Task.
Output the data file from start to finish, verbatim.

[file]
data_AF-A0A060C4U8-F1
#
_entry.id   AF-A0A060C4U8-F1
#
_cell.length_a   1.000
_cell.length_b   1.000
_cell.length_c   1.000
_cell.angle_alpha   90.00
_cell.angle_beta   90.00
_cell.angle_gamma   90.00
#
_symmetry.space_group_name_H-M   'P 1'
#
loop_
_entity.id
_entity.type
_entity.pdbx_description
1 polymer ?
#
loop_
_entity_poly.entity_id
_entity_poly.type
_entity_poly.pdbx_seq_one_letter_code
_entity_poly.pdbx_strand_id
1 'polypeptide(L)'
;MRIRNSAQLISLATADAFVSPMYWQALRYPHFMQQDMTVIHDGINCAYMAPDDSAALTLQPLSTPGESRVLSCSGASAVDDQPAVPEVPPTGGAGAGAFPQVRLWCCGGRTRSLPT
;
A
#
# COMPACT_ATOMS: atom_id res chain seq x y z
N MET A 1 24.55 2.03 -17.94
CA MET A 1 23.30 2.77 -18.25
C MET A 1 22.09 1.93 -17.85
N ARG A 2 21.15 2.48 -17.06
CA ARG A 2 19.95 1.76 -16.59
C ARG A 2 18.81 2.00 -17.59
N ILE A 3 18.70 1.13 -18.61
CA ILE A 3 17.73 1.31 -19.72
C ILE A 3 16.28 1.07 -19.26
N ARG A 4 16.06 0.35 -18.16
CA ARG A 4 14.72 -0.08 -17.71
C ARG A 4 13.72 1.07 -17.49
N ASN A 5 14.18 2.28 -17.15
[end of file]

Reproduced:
data_AF-A0A060C4U8-F1
#
_entry.id   AF-A0A060C4U8-F1
#
_cell.length_a   1.000
_cell.length_b   1.000
_cell.length_c   1.000
_cell.angle_alpha   90.00
_cell.angle_beta   90.00
_cell.angle_gamma   90.00
#
_symmetry.space_group_name_H-M   'P 1'
#
loop_
_entity.id
_entity.type
_entity.pdbx_description
1 polymer ?
#
loop_
_entity_poly.entity_id
_entity_poly.type
_entity_poly.pdbx_seq_one_letter_code
_entity_poly.pdbx_strand_id
1 'polypeptide(L)'
;MRIRNSAQLISLATADAFVSPMYWQALRYPHFMQQDMTVIHDGINCAYMAPDDSAALTLQPLSTPGESRVLSCSGASAVDDQPAVPEVPPTGGAGAGAFPQVRLWCCGGRTRSLPT
;
A
#
# COMPACT_ATOMS: atom_id res chain seq x y z
N MET A 1 24.55 2.03 -17.94
CA MET A 1 23.30 2.77 -18.25
C MET A 1 22.09 1.93 -17.85
N ARG A 2 21.15 2.48 -17.06
CA ARG A 2 19.95 1.76 -16.59
C ARG A 2 18.81 2.00 -17.59
N ILE A 3 18.70 1.13 -18.61
CA ILE A 3 17.73 1.31 -19.72
C ILE A 3 16.28 1.07 -19.26
N ARG A 4 16.06 0.35 -18.16
CA ARG A 4 14.72 -0.08 -17.71
C ARG A 4 13.72 1.07 -17.49
N ASN A 5 14.18 2.28 -17.15